New U.S. foreign policy should address Iran’s domestic future

Column by Kazem Kazerounian

white house iranThe incoming Trump administration has made its disdain for President Obama’s Iran policy very clear, in particular the Iran nuclear agreement, or Joint Comprehensive Plan of Action (JCPOA). Early in the campaign, Trump himself referred to the agreement as one of the worst ever negotiated.

The impulse of the incoming president to change US policy toward Iran will have the support of a wide range of foreign policy experts, two dozen of whom delivered a letter to Mr. Trump last week, urging him to “pursue an Iran policy that recognizes the interests and inalienable rights of the Iranian people.” The document, signed by former New York City Mayor Rudy Giuliani, former Homeland Security Secretary Tom Ridge, former National Security Adviser General James L. Jones, Senator Joseph Lieberman, former Chairman of the Joint Chiefs Hugh Shelton and former Representative Patrick Kennedy, went on to argue that the previous administration had made inadequate progress on the nuclear issue while effectively ignoring Iran’s human rights violations and unnecessarily sidelining the pro-democratic Iranian opposition.

There is reason to believe that their observations will be given due consideration, not just by Mr. Trump but also by his leading advisors. Mike Pompeo, the prospective CIA director, has stayed true to his own congressional positions by insisting that the nuclear deal ultimately be cancelled. Last week’s letter agrees that there are better alternatives to the JCPOA. “Given the opportunity to exercise popular sovereignty through free and fair elections, the people of Iran would embrace a non-nuclear posture,” it suggested.

Pompeo’s fellow nominees, James Mattis and Rex Tillerson, have also expressed awareness of missteps by the Obama administration, urging the strengthening of the nuclear deal and a more assertive overall policy toward Iran.

In confirmation hearings for his appointment as Secretary of Defense, Mattis unequivocally described the Islamic Republic of Iran as the biggest contributor to instability in the region. He added that American policy in Iraq and Afghanistan should be focused on countering Iran’s growing “malign influence.”

The nuclear issue is of the utmost importance, as is Iran’s regional imperialism, but both are merely symptoms of a larger problem that will not be solved until the Iranian people are freed from the tyrannical rule of their theocratic government. The Obama administration encouraged the international community to hope for change from within after the 2013 election of Iranian President Hassan Rouhani. Notwithstanding Rouhani’s willingness to negotiate over the nuclear issue, those hopes have been dashed by his domestic record and by Iran’s ongoing belligerence on the world stage.

More than 3,000 people have been executed in Iran since Rouhani took office. The ranks of political prisoners continue to swell in the midst of an ongoing crackdown targeting activists, reporters, artists, dual nationals, and so on. Contrary to Rouhani’s promise for more domestic openness, censorship has increased over the past four years.  So too has the enforcement of the country’s hardline Islamic laws, including the forced veiling of women.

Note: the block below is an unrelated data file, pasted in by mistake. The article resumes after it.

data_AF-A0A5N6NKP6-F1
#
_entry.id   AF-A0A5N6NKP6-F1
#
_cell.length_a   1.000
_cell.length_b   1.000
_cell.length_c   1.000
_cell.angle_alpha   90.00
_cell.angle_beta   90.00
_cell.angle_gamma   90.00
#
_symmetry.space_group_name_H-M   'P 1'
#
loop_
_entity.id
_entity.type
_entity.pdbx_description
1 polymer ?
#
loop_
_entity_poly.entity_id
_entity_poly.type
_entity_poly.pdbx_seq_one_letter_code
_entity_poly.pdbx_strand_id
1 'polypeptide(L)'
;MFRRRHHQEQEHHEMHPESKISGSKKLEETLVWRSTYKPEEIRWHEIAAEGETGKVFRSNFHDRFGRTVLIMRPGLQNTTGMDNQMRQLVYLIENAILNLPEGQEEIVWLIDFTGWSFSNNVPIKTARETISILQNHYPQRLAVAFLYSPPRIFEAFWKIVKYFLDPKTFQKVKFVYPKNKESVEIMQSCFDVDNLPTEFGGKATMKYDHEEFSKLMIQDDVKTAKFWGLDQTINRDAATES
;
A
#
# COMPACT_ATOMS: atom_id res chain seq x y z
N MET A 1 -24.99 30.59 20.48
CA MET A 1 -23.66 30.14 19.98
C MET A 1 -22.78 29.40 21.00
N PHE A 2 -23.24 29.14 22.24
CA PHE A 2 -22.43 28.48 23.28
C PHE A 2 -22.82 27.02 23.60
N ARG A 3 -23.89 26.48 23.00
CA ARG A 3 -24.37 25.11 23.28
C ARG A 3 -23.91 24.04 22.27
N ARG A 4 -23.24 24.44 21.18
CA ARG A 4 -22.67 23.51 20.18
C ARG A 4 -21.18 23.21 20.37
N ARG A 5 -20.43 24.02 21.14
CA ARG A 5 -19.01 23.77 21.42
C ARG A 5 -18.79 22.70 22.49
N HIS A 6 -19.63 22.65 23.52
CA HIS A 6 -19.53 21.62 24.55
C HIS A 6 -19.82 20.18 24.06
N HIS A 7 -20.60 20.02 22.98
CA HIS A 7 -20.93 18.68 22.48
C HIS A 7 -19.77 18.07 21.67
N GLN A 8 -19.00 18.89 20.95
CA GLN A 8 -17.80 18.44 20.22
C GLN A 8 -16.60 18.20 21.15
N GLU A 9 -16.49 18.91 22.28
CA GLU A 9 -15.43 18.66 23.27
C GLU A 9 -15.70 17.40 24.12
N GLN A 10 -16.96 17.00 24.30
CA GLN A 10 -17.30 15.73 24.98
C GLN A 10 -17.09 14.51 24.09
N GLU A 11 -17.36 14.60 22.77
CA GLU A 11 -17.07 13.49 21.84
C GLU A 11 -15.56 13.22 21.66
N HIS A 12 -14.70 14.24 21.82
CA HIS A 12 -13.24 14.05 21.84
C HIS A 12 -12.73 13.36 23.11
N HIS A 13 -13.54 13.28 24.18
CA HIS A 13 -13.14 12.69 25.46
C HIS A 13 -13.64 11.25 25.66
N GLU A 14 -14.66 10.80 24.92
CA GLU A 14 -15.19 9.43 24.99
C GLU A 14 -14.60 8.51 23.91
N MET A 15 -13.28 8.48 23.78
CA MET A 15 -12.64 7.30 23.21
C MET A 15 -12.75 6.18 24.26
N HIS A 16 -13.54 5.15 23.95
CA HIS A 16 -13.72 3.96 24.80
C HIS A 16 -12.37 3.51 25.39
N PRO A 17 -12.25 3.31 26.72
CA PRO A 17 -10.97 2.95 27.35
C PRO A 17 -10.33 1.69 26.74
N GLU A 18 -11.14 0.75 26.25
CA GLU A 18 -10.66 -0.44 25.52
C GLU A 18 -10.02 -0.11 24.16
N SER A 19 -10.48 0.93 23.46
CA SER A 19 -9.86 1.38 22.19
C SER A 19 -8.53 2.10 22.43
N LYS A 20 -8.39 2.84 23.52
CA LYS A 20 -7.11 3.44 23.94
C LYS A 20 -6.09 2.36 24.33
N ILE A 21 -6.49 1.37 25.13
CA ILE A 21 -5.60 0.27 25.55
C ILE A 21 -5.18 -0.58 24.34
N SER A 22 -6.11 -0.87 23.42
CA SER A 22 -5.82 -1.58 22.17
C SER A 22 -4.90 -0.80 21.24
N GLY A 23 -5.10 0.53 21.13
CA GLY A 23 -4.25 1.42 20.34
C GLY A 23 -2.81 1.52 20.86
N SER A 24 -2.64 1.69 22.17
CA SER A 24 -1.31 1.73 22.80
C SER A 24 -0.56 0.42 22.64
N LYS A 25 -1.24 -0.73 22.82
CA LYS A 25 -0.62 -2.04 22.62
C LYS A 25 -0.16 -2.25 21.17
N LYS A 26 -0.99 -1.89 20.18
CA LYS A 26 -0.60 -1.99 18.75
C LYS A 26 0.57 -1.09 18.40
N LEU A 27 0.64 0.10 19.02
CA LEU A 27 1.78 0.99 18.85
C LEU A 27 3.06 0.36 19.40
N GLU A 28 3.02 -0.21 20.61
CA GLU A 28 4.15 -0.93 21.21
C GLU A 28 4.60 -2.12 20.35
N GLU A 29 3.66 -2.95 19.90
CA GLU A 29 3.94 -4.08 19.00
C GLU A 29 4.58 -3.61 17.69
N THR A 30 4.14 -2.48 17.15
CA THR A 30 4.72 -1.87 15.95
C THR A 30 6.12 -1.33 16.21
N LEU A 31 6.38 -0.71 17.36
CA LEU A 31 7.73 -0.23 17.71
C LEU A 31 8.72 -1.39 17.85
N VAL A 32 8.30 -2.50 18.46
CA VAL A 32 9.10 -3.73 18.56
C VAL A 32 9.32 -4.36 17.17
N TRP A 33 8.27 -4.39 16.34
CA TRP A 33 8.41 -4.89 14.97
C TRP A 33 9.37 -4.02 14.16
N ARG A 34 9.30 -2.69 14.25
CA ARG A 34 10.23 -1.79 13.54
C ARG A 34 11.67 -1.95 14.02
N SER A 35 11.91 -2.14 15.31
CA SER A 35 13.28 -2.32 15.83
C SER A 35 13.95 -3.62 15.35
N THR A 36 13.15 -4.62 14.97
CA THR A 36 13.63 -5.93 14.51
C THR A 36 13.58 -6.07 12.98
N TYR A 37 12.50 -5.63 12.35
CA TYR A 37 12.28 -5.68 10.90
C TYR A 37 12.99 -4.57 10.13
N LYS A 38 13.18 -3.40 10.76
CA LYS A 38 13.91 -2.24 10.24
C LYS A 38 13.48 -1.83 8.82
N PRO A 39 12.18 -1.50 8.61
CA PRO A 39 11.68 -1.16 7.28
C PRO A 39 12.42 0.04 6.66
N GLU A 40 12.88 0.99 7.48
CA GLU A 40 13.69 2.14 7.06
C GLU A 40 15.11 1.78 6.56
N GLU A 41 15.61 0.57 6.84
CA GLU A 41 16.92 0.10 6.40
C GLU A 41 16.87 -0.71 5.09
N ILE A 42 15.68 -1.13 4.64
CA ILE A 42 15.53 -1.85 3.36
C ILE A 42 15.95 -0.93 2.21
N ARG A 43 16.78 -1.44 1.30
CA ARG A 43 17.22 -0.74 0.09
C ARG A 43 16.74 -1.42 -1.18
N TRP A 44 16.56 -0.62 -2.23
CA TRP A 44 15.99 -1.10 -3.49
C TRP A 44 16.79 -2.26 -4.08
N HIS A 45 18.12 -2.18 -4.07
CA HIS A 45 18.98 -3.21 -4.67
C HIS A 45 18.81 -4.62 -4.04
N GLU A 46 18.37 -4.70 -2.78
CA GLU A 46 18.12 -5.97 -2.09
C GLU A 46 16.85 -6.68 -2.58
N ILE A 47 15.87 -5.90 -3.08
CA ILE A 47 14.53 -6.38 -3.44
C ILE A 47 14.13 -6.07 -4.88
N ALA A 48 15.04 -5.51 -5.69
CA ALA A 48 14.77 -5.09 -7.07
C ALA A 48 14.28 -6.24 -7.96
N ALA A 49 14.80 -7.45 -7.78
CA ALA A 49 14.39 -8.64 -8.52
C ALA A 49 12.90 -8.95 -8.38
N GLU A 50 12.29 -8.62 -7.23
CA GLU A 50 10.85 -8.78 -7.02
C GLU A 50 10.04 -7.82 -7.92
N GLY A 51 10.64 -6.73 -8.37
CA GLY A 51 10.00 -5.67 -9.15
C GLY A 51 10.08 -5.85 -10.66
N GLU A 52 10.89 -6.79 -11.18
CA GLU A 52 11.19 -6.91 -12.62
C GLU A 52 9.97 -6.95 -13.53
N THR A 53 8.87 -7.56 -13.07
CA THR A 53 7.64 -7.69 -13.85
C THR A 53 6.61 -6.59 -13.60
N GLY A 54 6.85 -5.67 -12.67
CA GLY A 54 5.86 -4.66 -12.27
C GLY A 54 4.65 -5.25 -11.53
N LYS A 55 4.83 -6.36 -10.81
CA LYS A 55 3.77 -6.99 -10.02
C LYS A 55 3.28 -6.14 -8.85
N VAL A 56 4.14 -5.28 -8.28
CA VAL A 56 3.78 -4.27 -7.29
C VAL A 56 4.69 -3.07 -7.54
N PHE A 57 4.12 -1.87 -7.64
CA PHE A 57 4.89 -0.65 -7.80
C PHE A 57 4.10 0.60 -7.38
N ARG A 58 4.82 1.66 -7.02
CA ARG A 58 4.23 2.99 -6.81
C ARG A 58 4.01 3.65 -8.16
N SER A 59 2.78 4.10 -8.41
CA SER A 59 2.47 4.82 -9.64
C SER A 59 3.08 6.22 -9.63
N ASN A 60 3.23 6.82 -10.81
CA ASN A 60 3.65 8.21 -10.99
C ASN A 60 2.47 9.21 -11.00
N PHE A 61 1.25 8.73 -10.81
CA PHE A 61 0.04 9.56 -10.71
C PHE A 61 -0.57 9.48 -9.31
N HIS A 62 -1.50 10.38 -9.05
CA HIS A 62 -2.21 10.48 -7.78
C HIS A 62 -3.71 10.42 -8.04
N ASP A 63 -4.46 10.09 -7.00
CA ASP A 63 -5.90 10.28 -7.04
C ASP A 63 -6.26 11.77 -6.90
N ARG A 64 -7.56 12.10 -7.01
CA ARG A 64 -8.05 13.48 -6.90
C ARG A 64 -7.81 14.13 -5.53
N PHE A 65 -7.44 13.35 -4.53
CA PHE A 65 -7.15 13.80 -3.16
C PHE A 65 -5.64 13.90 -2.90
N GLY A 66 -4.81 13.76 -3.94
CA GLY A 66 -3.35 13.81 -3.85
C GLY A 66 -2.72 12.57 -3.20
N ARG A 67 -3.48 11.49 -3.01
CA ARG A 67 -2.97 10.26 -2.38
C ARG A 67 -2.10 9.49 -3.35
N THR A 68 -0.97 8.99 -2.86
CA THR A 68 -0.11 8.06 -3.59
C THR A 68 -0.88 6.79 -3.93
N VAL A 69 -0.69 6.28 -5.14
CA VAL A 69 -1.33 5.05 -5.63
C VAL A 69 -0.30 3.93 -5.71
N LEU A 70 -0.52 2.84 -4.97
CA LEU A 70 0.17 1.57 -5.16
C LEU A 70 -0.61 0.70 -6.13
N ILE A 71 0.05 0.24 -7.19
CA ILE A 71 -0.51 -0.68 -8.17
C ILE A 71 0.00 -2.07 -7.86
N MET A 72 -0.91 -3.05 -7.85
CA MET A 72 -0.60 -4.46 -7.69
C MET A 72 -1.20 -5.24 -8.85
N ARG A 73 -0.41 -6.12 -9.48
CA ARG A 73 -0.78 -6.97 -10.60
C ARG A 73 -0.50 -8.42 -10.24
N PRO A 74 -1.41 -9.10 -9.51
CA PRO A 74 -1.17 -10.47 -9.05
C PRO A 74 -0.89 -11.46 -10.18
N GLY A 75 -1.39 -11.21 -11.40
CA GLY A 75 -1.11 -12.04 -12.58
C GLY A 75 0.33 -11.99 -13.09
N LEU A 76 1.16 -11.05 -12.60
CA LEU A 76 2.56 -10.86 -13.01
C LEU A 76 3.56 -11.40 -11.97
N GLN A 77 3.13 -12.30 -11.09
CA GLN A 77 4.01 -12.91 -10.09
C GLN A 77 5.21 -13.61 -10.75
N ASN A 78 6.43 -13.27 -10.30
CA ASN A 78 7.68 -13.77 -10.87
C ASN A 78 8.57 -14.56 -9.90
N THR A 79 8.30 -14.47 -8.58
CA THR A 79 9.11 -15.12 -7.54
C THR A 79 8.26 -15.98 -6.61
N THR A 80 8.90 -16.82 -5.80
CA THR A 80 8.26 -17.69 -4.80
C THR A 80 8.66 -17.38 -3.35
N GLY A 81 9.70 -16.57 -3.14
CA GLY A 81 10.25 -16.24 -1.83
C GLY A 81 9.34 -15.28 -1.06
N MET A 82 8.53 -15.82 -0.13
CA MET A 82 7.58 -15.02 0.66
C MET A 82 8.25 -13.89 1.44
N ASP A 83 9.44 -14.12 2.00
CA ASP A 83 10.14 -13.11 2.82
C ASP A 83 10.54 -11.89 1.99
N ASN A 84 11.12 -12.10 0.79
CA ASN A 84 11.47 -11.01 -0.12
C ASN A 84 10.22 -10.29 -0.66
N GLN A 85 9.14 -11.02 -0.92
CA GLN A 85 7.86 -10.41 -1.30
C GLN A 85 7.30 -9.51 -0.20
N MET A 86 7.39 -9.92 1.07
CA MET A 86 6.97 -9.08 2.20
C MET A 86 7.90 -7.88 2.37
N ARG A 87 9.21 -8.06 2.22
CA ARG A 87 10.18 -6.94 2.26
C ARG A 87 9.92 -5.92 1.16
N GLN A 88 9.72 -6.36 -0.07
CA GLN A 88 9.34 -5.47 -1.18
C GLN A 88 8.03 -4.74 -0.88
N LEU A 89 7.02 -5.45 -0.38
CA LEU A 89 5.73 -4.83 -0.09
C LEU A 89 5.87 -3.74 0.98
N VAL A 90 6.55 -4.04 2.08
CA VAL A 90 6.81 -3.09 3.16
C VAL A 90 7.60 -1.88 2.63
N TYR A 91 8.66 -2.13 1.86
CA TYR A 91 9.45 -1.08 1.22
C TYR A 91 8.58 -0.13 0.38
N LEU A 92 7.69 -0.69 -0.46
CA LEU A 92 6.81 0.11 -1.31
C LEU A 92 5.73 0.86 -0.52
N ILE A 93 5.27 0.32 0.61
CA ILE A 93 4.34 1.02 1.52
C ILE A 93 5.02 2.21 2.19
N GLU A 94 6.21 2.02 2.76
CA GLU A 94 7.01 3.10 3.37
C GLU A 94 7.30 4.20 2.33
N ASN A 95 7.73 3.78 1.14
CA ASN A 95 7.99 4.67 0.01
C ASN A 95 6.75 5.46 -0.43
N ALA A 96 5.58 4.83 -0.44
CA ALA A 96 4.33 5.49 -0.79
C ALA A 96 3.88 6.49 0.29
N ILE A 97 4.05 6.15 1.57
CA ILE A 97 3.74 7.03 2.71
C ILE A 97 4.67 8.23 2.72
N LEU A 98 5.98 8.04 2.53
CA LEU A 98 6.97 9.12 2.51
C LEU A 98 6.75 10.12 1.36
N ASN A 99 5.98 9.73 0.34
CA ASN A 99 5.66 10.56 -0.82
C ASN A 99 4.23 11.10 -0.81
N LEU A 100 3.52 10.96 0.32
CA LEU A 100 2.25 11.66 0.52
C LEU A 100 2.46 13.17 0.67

It is unclear exactly how as President, Trump will address these issues, but fortunately there are many prominent voices urging him to take a pro-active and humanitarian approach. In fact, some of Trump’s earliest advocates and advisors include figures like Rudy Giuliani, who signed last week’s letter and who has a long history of support for the National Council of Resistance of Iran (NCRI).

Led by Maryam Rajavi, the NCRI has at its core the leading Iranian resistance group, the Mujahedin-e Khalq (MEK). The MEK has seen over 100,000 of its members killed by the Islamic Republic regime. It has gone to great lengths to expose those and other crimes. The MEK also maintains an extensive and active network inside of Iran, which was fundamental to exposing the clandestine nuclear program.

The Obama administration’s fixation on that program may have blinded it to the deeper issues affecting Iran policy. Hopefully Trump’s affiliation with longstanding MEK supporters will encourage the much-needed focus on human rights and Tehran’s entrenched terrorist connections. Neither issue will be solved by simply intensifying enforcement of the existing nuclear deal, or even keeping a US military presence in Iraq to counteract Tehran’s influence. The Trump administration will have to do much more, such as expanded economic sanctions to pressure Tehran to amend its worst domestic and foreign policies.

The incoming administration has criticized what it termed its predecessor’s weak and conciliatory policies. An assertive course of action is not only the best way to address the Iran nuclear issue and the worsening instability of the Middle East, but also it is a means to empower the Iranian resistance to bring about the end of the Islamic theocracy, to comprehensively improve Iran’s future, and in doing so to improve Western regional interests.

Prof. Kazerounian teaches at the University of Connecticut and is the president of the Iranian American Community of Connecticut, a member of the Organization of the Iranian American Communities (OIACUS).

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